Tuesday, June 26, 2012

How stable are your deposits?

I am attending the Financial Managers' Society (FMS) Forum in Las Vegas this week. The Forum is chock full of education opportunities for banking finance professionals. One session caught my attention. The tandem speakers taught the audience about going "long", or at least longer, in their investment portfolio and minimizing risk.

One of the underlying assumptions in advising to "go long" was that core deposits were as stable today as they were four years ago. I challenge that thinking. Average balances per account among most core deposit categories have been growing and I think customers are parking their money waiting for greener pastures. When they arrive, what will they do with that money? I put this question to Dallas Wells, an asset-liability specialist from Asset Management Group in Kansas City. I have followed Dallas' writings on his informative blog for a while now and caught up with him at the Forum. Here is what he had to say.

What do you think will happen to core deposits once rates rise?

~ Jeff

Sunday, June 17, 2012

Data Driven Strategy

You recently read an excellent book on strategy. Your financial institution faces challenges... economy is crawling at road-kill pace, customers struggling to remain current on loans, regulators breathing hot and heavy down your neck. You need to assemble the team, assess your situation, chart your course.

So you schedule a strategic planning retreat. Your strategy team wonders how they should prepare. Or will this be a brainstorming session?  Although so many decisions are made "from the gut", I put to you that your strategic direction should not be one of them. But so often I see strategic decision makers enter the fray with little more than their past experience and a truckload of anecdotes as their guide. This, to me, is like bringing a knife to a gunfight.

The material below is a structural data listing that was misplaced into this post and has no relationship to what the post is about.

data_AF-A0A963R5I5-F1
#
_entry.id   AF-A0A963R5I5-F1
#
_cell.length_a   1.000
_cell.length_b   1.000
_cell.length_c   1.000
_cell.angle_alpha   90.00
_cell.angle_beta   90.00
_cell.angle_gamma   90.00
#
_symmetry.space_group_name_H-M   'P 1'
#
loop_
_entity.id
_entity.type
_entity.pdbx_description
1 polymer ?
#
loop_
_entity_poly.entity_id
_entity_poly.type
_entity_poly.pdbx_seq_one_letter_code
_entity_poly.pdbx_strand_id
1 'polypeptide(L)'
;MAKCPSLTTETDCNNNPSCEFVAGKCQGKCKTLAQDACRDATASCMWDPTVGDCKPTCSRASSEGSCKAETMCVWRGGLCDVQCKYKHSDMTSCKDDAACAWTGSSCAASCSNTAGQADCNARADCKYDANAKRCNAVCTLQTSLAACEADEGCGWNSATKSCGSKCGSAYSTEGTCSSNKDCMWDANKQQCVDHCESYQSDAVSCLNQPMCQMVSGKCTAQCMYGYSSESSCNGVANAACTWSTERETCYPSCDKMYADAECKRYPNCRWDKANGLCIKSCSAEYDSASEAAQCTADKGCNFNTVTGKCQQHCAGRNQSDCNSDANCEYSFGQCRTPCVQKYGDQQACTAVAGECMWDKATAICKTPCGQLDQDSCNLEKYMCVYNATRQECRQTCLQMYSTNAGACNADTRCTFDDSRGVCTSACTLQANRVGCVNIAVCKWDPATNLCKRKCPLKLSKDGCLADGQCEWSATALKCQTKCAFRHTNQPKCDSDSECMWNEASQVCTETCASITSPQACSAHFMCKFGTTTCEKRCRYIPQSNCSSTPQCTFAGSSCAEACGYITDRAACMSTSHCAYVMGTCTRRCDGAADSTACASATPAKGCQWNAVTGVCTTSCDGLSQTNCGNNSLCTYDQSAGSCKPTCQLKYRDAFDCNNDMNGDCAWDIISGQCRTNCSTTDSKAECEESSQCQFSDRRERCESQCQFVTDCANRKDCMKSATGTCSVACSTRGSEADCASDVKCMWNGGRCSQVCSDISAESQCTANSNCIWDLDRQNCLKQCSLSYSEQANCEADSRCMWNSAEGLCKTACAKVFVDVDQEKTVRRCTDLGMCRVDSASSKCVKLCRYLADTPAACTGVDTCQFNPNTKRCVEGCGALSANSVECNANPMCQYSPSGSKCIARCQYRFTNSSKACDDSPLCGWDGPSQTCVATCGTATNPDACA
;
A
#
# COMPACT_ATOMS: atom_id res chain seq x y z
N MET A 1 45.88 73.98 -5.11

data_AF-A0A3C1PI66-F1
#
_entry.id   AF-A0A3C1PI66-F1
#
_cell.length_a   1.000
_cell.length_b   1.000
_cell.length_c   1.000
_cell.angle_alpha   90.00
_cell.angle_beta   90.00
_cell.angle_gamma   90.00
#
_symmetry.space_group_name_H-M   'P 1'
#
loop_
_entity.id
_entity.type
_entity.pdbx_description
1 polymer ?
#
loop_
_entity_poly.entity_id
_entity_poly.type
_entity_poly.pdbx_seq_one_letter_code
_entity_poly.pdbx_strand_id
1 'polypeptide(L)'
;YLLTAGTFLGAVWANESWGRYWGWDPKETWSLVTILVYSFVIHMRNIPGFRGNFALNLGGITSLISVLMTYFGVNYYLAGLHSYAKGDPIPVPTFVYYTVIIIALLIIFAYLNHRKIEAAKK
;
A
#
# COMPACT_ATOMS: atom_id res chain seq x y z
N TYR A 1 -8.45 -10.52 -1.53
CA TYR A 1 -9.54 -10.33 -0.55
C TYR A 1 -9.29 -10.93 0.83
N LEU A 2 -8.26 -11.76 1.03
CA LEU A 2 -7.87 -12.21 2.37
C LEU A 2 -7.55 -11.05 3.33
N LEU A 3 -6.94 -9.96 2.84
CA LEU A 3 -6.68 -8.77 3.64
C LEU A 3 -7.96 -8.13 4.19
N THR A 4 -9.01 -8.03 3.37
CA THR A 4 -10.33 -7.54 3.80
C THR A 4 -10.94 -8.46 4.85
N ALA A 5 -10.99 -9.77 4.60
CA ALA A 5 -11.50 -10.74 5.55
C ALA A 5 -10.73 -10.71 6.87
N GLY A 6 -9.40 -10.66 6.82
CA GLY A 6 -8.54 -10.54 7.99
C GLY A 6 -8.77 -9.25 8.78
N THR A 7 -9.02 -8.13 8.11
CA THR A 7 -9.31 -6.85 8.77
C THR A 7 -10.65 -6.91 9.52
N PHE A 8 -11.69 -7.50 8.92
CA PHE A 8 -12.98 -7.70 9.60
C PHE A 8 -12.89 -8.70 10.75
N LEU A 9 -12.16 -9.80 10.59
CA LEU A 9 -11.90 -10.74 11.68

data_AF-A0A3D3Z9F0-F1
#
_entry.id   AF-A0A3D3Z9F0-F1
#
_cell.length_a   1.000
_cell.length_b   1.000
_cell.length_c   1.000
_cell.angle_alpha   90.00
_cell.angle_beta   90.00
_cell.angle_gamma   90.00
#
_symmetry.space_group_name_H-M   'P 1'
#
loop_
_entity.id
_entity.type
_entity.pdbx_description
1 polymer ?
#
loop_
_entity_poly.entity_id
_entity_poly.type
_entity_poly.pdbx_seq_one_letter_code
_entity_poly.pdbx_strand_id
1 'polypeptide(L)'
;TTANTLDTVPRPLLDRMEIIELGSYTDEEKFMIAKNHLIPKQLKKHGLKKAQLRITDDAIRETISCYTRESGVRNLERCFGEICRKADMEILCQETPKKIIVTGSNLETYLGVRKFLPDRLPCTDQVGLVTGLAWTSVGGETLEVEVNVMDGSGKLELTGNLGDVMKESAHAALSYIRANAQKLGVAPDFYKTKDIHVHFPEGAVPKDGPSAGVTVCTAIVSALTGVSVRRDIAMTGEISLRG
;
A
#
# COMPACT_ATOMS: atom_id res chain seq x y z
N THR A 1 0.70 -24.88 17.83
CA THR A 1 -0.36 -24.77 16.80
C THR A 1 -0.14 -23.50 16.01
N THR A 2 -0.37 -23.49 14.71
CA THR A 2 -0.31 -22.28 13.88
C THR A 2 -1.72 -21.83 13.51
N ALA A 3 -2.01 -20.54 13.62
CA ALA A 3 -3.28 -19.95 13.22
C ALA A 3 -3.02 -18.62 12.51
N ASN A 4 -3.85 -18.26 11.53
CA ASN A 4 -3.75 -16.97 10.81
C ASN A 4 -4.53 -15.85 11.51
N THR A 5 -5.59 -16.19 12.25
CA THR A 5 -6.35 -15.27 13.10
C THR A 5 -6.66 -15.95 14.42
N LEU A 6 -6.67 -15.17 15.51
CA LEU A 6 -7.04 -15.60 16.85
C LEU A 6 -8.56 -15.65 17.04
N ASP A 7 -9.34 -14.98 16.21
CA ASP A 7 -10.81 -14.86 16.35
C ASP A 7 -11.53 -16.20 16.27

Here is the data I think every strategy team member should have when making strategic decisions:

1. Industry trends and statistics
2. Competitive trends, statistics, relevant data
3. Market trends and statistics
4. Customer analysis
5. Emerging customer preference analysis
6. Your FI performance data, trends, and analysis
7. Brand position analysis

So often strategic leaders assume their bank occupies a superior position based on nothing more than a customer comment heard during the past year. But does the FI truly have a superior position and if so, should the strength be exploited as a competitive advantage within the strategy? This requires discipline because there is a lot of data out there. I once proposed a banker education session titled "Big Data: Big Advantage or Big BS" (Note: I did not use the acronym BS). Cheeky subject line. It didn't get selected. But the point here is to use data that is reliable, relevant, and not BS.

Regarding how data influences strategic decisions, I once had a CEO tell me that when rates rise, his closest competitor will have to lead the market in deposit rates because of that bank's interest rate risk and liquidity positions. That is an important piece of strategic information he knew about the competition because he researched the competition. Positioning yourself for such an eventuality helps increase the liklihood you will successfully execute strategy.